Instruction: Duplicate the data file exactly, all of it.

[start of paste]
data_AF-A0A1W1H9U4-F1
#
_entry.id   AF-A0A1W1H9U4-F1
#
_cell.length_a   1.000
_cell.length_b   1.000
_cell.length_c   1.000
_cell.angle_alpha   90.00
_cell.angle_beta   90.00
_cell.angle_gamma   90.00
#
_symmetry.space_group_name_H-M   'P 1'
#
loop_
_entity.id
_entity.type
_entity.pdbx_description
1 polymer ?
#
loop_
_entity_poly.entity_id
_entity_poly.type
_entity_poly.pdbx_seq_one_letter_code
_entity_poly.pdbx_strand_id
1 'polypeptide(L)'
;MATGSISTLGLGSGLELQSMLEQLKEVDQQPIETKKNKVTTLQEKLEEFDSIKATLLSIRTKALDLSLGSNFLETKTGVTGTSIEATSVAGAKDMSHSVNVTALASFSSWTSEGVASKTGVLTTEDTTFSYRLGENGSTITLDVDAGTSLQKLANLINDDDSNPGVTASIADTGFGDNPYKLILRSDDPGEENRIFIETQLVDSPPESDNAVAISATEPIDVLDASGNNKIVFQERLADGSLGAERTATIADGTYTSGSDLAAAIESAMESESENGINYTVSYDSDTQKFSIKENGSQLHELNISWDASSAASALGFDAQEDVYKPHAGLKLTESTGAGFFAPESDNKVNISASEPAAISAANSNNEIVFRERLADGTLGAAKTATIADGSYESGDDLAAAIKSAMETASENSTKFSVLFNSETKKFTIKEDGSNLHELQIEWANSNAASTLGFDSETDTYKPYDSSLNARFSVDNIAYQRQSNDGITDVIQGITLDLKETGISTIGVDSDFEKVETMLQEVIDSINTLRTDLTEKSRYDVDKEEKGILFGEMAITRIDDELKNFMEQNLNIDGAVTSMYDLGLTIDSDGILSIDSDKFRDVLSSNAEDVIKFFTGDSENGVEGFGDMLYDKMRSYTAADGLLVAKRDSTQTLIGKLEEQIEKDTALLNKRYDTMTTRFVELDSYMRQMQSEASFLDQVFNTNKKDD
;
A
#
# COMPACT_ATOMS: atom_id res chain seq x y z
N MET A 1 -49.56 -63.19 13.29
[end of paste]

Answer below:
data_AF-A0A1W1H9U4-F1
#
_entry.id   AF-A0A1W1H9U4-F1
#
_cell.length_a   1.000
_cell.length_b   1.000
_cell.length_c   1.000
_cell.angle_alpha   90.00
_cell.angle_beta   90.00
_cell.angle_gamma   90.00
#
_symmetry.space_group_name_H-M   'P 1'
#
loop_
_entity.id
_entity.type
_entity.pdbx_description
1 polymer ?
#
loop_
_entity_poly.entity_id
_entity_poly.type
_entity_poly.pdbx_seq_one_letter_code
_entity_poly.pdbx_strand_id
1 'polypeptide(L)'
;MATGSISTLGLGSGLELQSMLEQLKEVDQQPIETKKNKVTTLQEKLEEFDSIKATLLSIRTKALDLSLGSNFLETKTGVTGTSIEATSVAGAKDMSHSVNVTALASFSSWTSEGVASKTGVLTTEDTTFSYRLGENGSTITLDVDAGTSLQKLANLINDDDSNPGVTASIADTGFGDNPYKLILRSDDPGEENRIFIETQLVDSPPESDNAVAISATEPIDVLDASGNNKIVFQERLADGSLGAERTATIADGTYTSGSDLAAAIESAMESESENGINYTVSYDSDTQKFSIKENGSQLHELNISWDASSAASALGFDAQEDVYKPHAGLKLTESTGAGFFAPESDNKVNISASEPAAISAANSNNEIVFRERLADGTLGAAKTATIADGSYESGDDLAAAIKSAMETASENSTKFSVLFNSETKKFTIKEDGSNLHELQIEWANSNAASTLGFDSETDTYKPYDSSLNARFSVDNIAYQRQSNDGITDVIQGITLDLKETGISTIGVDSDFEKVETMLQEVIDSINTLRTDLTEKSRYDVDKEEKGILFGEMAITRIDDELKNFMEQNLNIDGAVTSMYDLGLTIDSDGILSIDSDKFRDVLSSNAEDVIKFFTGDSENGVEGFGDMLYDKMRSYTAADGLLVAKRDSTQTLIGKLEEQIEKDTALLNKRYDTMTTRFVELDSYMRQMQSEASFLDQVFNTNKKDD
;
A
#
# COMPACT_ATOMS: atom_id res chain seq x y z
N MET A 1 -49.56 -63.19 13.29